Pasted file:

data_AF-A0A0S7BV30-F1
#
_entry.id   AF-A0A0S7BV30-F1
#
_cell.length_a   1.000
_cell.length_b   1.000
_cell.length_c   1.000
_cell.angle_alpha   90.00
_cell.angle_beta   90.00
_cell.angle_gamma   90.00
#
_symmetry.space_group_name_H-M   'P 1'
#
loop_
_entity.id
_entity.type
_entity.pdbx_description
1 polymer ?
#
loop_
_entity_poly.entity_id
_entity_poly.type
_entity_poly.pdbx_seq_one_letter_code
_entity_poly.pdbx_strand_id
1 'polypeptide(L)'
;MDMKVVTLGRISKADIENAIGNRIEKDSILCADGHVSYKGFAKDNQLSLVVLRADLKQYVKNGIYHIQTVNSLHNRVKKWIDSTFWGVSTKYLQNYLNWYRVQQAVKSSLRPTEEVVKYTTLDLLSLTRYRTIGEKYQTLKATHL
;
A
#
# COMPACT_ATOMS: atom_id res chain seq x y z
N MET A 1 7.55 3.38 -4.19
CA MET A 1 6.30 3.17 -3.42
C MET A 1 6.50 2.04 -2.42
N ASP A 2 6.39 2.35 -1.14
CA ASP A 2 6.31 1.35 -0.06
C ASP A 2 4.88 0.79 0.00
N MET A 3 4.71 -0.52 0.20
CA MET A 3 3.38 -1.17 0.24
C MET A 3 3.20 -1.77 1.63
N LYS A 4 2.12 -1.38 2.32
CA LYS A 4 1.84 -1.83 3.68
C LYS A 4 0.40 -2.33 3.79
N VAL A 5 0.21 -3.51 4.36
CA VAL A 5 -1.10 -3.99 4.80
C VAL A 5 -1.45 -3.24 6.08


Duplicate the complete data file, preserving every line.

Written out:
data_AF-A0A0S7BV30-F1
#
_entry.id   AF-A0A0S7BV30-F1
#
_cell.length_a   1.000
_cell.length_b   1.000
_cell.length_c   1.000
_cell.angle_alpha   90.00
_cell.angle_beta   90.00
_cell.angle_gamma   90.00
#
_symmetry.space_group_name_H-M   'P 1'
#
loop_
_entity.id
_entity.type
_entity.pdbx_description
1 polymer ?
#
loop_
_entity_poly.entity_id
_entity_poly.type
_entity_poly.pdbx_seq_one_letter_code
_entity_poly.pdbx_strand_id
1 'polypeptide(L)'
;MDMKVVTLGRISKADIENAIGNRIEKDSILCADGHVSYKGFAKDNQLSLVVLRADLKQYVKNGIYHIQTVNSLHNRVKKWIDSTFWGVSTKYLQNYLNWYRVQQAVKSSLRPTEEVVKYTTLDLLSLTRYRTIGEKYQTLKATHL
;
A
#
# COMPACT_ATOMS: atom_id res chain seq x y z
N MET A 1 7.55 3.38 -4.19
CA MET A 1 6.30 3.17 -3.42
C MET A 1 6.50 2.04 -2.42
N ASP A 2 6.39 2.35 -1.14
CA ASP A 2 6.31 1.35 -0.06
C ASP A 2 4.88 0.79 0.00
N MET A 3 4.71 -0.52 0.20
CA MET A 3 3.38 -1.17 0.24
C MET A 3 3.20 -1.77 1.63
N LYS A 4 2.12 -1.38 2.32
CA LYS A 4 1.84 -1.83 3.68
C LYS A 4 0.40 -2.33 3.79
N VAL A 5 0.21 -3.51 4.36
CA VAL A 5 -1.10 -3.99 4.80
C VAL A 5 -1.45 -3.24 6.08